Brest

Brest 2016

Brest, Querelle 34” x 34” x 5” 2016
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Brest, Querelle

The novel Querelle, by Jean Genet was set in the city of Brest “The fetid stinking Port of Brest” according to Genet. Genet was an illegitimate child and was raised in foster care. He spent much of his life as a wandering prostitute, with significant time spent in prison. Genet’s novels tend to reflect and mirror this experience, the characters inhabiting an altered and artificial universe born from restraint and sensory deprivation. The novels present a distorted mirror image of the society in which he was raised. The characters in a Genet novel are typically stylized and two dimensional, rather like the fantasy creations in a comic book novel, able to be killed off and dispensed with on a whim. The film by Rainer Fassbinder creates a stylized film set revolving around the sailor’s ship The Vengeur and the brothel of Madam Lysiane. The lighting is garish and lurid with an apocalyptic end of the world feel permeating the entire scene. The doomed characters are trapped forever in the artifice of the stage set, no one leaves no one arrives, it forms a closed hermetic world in which the characters seem to inhabit one of the lower rungs of Dante’s inferno. The set is of the brothel and the ship spinning in destructive and self destructive orbits around Madam Lysiane the owner.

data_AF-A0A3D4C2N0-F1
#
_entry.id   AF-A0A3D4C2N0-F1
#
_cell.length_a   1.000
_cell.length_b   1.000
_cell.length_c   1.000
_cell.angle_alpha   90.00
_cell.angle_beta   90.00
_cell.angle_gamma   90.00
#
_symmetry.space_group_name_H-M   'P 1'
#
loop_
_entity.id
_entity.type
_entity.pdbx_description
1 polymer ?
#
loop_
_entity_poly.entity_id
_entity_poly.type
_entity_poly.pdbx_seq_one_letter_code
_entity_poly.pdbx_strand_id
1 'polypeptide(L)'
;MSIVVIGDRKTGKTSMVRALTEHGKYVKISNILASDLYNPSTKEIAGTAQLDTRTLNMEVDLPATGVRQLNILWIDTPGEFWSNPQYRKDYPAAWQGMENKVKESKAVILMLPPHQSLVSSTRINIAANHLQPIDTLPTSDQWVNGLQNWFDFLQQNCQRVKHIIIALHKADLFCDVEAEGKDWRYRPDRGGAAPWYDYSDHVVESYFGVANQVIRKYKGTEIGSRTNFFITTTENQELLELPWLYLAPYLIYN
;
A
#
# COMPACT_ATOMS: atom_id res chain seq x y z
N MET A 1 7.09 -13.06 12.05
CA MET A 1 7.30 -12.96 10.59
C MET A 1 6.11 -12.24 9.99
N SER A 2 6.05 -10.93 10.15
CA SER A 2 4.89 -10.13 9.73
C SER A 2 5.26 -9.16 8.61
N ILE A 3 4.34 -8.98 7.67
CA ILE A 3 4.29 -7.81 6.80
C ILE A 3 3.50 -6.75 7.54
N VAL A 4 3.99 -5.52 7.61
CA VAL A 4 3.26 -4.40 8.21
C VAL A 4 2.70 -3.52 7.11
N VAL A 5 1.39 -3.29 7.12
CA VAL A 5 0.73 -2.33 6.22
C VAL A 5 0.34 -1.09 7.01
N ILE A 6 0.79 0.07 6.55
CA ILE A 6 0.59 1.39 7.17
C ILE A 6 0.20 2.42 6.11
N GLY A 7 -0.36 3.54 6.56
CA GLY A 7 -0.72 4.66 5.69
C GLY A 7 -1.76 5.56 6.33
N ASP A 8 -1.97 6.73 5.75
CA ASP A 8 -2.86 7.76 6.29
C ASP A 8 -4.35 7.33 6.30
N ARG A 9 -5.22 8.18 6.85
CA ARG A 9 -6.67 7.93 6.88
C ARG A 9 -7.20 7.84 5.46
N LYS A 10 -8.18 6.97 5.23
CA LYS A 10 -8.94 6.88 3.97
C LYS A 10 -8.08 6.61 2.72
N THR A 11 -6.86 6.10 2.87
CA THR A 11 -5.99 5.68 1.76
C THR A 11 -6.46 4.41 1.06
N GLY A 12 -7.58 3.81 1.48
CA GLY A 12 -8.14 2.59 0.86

“After committing his first murder Querelle experienced a feeling of being dead, that is to say, of existing somewhere in the depths – more exactly, at the bottom of a coffin..” in this his experience mirrors that of the prison community in the Russian camps where the language of the tattoos tells us that thieves regard themselves as characters from the world beyond. In a sense the characters in the novel Querelle much like the real life inhabitants of the Russian prison system are freed from the constraints of existing as a human in the moral order of the world.

Querelle the beautiful young sailor, described by Genet as “The Angel of the Apocalypse”, was in some ways the personification of hell in Genet’s inverted world, hell being seen as the only true pure place . The further the descent into hell he travels the more ennobled and heroic he becomes, achieving a sort of sainthood through repeated murders. “Querelle finds salvation in further degradation by which he negates the real world to create a world of his own” “It seemed unnecessary to him to exert his charms, as he had an inkling that his true power was of another kind. It rose from the depths of hell where the bodies and the faces are beautiful. Querelle felt the coal dust on his body…it was a make up that did not interfere with his nakedness, that turned him into a god”

The sculptures is comprised of a cut through poster created for the film by Andy Warhol, film stills from the film line the walls of each layer and selected texts taken from the novel follow the circumference.

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